Published On: Wed, Oct 6th, 2021

GEBE court ruling is regretfully flawed, attorney says

PHILIPSBURG — “A remarkable verdict if not a miscarriage of justice,” attorney Jairo Bloem says about the ruling of the Court in First Instance against two members of GEBE’s supervisory board, Roberta Diaz and Conrad Richardson.

In September, GEBE filed a lawsuit against the company’s shareholder – country St. Maarten. In that case the court declared GEBE inadmissible because decisions taken by the shareholder are for the account of the company. The plaintiffs should have taken GEBE to court, not country St. Maarten, the court ruled.

On the day this ruling came down, supervisory board members Diaz and Richardson filed a lawsuit against GEBE, basically with the same demands: stop the appointment of Sharine Daniel as the company’s director and review the decision to dismiss members of the supervisory board.

“Now the court rules that most of the actions by the shareholder cannot qualify as decisions of the company,” Bloem says, adding fierce criticism of the presiding judge. “His material considerations can within reason not be taken seriously and should actually be qualified in my opinion as merely excuses not to really look at the actions or lack thereof by government.”

The court examined fourteen separate demands by the plaintiffs and rejected them all; some of these demands were, according to the court, to vague for a judgment, while others were denied because decisions taken by the chairman of the general shareholders meeting cannot be invalid or voidable.

The plaintiffs complained for instance about the decision to limit their speaking time during a shareholders meeting to fifteen minutes. The court ruled that this decision, taken by the chairman, cannot be invalid.

The plaintiffs also contested a decision by the shareholder that the meeting of September 2 continued with hearing members of the supervisory board on the agenda, while this topic was never placed on the agenda. A shareholder’s point of view cannot be invalid, the court ruled.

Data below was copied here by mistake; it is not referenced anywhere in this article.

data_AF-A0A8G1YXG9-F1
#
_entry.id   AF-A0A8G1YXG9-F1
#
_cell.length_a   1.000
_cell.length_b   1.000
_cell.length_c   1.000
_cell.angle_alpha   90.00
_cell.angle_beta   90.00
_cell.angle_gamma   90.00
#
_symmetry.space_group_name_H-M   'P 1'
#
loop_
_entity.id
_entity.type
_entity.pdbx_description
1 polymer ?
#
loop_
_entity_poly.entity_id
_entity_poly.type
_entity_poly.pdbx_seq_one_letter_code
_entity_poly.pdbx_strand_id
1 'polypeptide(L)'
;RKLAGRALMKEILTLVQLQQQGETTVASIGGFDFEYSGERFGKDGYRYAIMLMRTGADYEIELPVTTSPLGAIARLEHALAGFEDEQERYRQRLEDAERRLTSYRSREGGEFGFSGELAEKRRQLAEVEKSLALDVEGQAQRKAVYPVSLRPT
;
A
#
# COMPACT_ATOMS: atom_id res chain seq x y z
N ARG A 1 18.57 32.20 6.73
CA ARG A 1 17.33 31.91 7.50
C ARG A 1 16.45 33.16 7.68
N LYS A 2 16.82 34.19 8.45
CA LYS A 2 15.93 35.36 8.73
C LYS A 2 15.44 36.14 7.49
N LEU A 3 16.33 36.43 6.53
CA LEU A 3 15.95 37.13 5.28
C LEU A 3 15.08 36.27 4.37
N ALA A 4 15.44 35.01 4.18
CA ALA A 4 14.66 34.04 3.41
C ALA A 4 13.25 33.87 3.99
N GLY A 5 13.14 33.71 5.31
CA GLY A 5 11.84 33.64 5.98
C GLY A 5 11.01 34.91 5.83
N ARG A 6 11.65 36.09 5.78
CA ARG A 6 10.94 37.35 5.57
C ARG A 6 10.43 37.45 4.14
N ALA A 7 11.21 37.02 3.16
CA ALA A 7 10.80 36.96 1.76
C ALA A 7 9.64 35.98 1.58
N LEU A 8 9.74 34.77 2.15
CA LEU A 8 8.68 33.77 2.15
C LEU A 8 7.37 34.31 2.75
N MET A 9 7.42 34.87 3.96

“A point of view is not invalid because it is not a legal action,” the ruling states. “A point of view can be incorrect but it is not invalid and it cannot be annulled.”

The decision by the shareholder to ask for advice about the appointment of new members of the supervisory board without informing the Corporate Governance Council about the vacancies new members would have to fill and without following an application procedure met a similar fate.

“This decision cannot be attributed to GEBE,” the court ruled, adding that it is therefore irrelevant.  “The minister has a duty to report his intention to nominate, appoint and dismiss board members to the Corporate Governance Council.”

The plaintiffs furthermore asked the court to order GEBE to await the outcome of a dismissal procedure against Sharine Daniel before appointing her again. But the court labeled this demand as “incomprehensible,” stating that the supervisory board has consistently argued that Daniel had already been appointed as a manager at GEBE.

Another demand was to order that GEBE give interim director Dembrook and the members of the supervisory board the opportunity to be heard about their possible dismissal. The court ruling states that the board members left a shareholder meeting on August 27 and that they did not show up for the next meeting on September 2. The plaintiffs also contested the decision to limit their right to speak to fifteen minutes.

“The court does not see why the chairman of the shareholders meeting cannot limit the speaking rights of members of the supervisory board,” the ruling states. Unlimited speaking right does not find support in the law.”

The attorney for Diaz and Richardson, Jairo Bloem, expressed his disappointment in the ruling. “It appears to me that this judgment is regretfully flawed, next to an obvious and clear attempt of the justice to try to correct or better explain an earlier defective decision. That is in itself a remarkable action.”

Diaz and Richardson are now contemplating whether it makes sense to go through with the main court procedure against the shareholder, even though they will withdraw from their positions on GEBE’s supervisory board.


Opinion piece: A flawed verdict highlighted